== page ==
Alphabet, Inc. Management Talks Acquisitions, Growth Drivers, and Hardware

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Financially, Alphabet (NASDAQ: GOOGL) (NASDAQ: GOOG) crushed it in its third quarter. Ahead of Q3, the tech giant's revenue growth already looked impressive. Yet the Google parent company's top-line growth still accelerated in Q3, rising 24% year over year, beating analysts' estimates by about $600 million. Alphabet's bottom line similarly beat estimates.

But there was more to Alphabet's third quarter than analyst-beating revenue and EPS. In Alphabet's third-quarter earnings call, management talked acquisitions, growth drivers, and its strategy for hardware -- all important narratives for investors to keep an eye on.

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How Alphabet thinks of capital allocation and acquisitions

With Alphabet purchasing part of HTC's business recently in order to beef up its hardware business, one analyst wanted to get an update on how management thinks of capital allocation and acquisitions. While management's approach to considering and acquiring companies hasn't changed, it's useful to review Alphabet's line of thinking on the important subject.

Alphabet CFO Ruth Porat explained (via an S&P Global Market Intelligence transcript):

Alphabet's biggest growth drivers

With Alphabet posting one of its highest year-over-year revenue growth rates in five years, one analyst wanted more color on whether there were factors during the quarter that were an anomaly, or whether the drivers were sustainable aspects of Alphabet's business. While Porat didn't answer the question directly, her response suggests Alphabet is benefiting from some major growth drivers that are likely to stick around.

In other words, Alphabet's business is benefiting from strong broad-based growth, not just across its major revenue segments, but from smaller categories like Google "other" revenue (cloud, Google Play app store, and hardware), and "Other Bets" revenue (Alphabet's smaller "moonshot" businesses).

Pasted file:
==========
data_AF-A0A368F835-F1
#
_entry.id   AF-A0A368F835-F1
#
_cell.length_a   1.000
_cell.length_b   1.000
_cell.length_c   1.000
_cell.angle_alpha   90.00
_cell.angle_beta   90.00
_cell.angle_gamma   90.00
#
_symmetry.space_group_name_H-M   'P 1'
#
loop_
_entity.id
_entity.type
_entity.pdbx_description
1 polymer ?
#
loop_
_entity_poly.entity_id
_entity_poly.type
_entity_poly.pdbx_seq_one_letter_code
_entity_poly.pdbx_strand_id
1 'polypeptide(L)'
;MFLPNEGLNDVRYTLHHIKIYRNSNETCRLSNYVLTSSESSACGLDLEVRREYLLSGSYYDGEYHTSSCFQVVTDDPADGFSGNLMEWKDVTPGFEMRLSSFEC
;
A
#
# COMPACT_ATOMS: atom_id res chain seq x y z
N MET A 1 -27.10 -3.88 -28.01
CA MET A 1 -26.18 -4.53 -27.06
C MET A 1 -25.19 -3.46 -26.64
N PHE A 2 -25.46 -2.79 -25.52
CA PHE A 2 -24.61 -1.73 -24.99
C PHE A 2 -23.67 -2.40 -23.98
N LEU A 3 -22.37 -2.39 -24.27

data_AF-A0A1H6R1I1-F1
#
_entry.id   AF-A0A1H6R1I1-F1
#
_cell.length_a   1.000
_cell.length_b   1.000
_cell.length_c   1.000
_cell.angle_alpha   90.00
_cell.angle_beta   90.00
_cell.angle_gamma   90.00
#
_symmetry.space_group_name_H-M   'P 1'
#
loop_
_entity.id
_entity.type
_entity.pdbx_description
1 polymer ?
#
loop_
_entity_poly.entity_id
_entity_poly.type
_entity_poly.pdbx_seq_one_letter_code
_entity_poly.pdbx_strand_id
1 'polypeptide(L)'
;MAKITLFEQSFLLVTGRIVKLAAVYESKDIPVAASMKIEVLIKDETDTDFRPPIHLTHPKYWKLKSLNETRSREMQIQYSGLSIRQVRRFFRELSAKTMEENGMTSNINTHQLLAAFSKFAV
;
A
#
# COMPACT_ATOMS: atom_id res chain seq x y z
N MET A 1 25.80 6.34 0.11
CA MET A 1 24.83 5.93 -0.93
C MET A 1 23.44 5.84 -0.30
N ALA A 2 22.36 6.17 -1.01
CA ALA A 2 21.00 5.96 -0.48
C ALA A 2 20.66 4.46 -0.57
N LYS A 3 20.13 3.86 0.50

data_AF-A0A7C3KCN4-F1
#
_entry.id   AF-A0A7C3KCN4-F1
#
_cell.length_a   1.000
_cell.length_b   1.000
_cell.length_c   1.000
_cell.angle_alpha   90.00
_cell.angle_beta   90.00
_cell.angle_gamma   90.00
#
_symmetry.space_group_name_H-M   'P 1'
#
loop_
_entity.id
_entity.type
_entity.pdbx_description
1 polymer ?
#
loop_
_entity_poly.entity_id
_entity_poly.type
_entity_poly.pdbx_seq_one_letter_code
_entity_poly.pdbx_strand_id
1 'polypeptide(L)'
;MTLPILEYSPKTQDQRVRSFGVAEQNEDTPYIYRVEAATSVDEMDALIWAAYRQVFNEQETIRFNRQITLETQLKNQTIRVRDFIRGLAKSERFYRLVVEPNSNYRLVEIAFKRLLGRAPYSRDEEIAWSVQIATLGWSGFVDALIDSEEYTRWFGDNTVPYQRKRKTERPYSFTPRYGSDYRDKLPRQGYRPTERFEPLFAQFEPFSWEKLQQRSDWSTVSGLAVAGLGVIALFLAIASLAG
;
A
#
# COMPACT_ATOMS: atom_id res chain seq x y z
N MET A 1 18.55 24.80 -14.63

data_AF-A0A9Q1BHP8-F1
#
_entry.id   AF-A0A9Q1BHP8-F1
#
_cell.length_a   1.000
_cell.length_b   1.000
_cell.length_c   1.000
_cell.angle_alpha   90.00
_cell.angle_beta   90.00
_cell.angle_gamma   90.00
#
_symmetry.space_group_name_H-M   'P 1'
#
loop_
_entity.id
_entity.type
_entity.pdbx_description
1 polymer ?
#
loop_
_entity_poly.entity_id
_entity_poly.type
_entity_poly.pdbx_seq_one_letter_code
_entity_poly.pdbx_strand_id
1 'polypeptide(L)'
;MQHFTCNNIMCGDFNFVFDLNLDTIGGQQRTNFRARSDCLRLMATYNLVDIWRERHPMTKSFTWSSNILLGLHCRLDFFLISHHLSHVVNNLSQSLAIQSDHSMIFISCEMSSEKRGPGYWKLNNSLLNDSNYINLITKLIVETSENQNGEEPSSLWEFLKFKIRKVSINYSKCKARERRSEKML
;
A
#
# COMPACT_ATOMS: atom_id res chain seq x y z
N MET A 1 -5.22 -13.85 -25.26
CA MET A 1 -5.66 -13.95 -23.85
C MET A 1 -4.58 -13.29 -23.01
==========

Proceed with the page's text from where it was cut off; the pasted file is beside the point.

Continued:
Alphabet's hardware strategy

Considering Alphabet's recent acquisition of part of HTC's business and its recent launch of eight new Google-branded hardware products, management has clearly prioritized hardware more than it has in the past. This prompted one analyst to ask management to clarify its goals on hardware, as well as comment on how this will impact its relationships with Android partners.

Google CEO Sundar Pichai responded:

So, though Alphabet its ramping up its hardware efforts, don't expect it to soften its efforts partnering with hardware manufacturers like Samsung. It seems like the company wants to have a strong presence in hardware without overpowering its existing relationships with original equipment manufacturers.

Overall, Alphabet's third-quarter earnings call reinforced the factors behind the company's strong competitive position. Strong, broad-based growth looks poised to continue.

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Suzanne Frey, an executive at Alphabet, is a member of The Motley Fool's board of directors. Daniel Sparks has no position in any of the stocks mentioned. The Motley Fool owns shares of and recommends Alphabet (A shares) and Alphabet (C shares). The Motley Fool has a disclosure policy.